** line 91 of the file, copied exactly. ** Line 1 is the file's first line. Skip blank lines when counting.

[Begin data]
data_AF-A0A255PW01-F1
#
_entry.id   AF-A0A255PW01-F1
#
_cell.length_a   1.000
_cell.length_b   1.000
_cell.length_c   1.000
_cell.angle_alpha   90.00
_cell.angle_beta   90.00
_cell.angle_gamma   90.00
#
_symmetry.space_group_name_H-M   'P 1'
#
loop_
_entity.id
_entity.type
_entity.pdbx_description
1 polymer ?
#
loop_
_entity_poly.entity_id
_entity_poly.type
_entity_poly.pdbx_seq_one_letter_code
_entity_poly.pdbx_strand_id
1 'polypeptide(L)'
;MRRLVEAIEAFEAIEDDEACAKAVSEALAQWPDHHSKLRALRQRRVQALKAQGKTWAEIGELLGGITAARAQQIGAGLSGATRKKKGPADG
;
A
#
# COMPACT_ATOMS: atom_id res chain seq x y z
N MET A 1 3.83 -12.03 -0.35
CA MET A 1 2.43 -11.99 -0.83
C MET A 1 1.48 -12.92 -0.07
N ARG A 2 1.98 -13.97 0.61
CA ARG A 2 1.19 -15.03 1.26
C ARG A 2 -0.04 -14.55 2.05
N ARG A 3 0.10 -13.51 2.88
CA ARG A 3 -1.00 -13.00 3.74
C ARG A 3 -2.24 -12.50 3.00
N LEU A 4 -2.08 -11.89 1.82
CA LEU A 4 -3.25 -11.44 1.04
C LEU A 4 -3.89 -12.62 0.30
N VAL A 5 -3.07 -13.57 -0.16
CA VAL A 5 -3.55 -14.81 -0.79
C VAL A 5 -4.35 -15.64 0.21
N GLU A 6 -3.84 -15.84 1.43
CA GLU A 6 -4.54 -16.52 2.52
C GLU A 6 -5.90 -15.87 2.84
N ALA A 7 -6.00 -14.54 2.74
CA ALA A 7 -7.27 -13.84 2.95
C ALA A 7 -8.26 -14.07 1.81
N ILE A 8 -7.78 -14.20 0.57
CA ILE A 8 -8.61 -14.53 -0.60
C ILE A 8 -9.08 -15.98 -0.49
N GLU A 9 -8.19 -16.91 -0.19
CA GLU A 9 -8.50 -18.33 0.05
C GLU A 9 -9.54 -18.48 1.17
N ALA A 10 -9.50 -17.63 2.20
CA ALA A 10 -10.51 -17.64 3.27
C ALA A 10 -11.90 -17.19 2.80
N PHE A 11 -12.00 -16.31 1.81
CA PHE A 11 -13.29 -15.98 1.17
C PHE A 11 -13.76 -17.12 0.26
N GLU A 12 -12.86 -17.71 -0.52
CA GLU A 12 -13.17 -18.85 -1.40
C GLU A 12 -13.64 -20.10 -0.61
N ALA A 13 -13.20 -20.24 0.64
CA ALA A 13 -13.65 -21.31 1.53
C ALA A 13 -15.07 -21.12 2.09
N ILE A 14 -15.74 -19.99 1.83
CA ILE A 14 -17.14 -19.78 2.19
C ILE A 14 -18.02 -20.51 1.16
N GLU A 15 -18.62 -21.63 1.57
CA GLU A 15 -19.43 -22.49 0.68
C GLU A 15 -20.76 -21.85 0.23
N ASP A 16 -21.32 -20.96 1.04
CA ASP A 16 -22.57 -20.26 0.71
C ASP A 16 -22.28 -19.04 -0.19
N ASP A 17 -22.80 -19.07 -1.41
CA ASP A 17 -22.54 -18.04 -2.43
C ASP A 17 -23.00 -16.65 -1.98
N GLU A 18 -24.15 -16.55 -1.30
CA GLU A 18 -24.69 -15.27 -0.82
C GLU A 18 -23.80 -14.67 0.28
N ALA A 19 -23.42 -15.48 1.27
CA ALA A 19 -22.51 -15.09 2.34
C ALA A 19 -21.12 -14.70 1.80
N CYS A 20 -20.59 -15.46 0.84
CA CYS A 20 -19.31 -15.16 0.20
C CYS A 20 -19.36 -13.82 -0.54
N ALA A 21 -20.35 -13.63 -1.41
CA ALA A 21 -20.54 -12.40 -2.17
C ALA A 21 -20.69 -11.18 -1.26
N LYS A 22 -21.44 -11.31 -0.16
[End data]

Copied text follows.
N ALA A 21 -20.35 -13.63 -1.41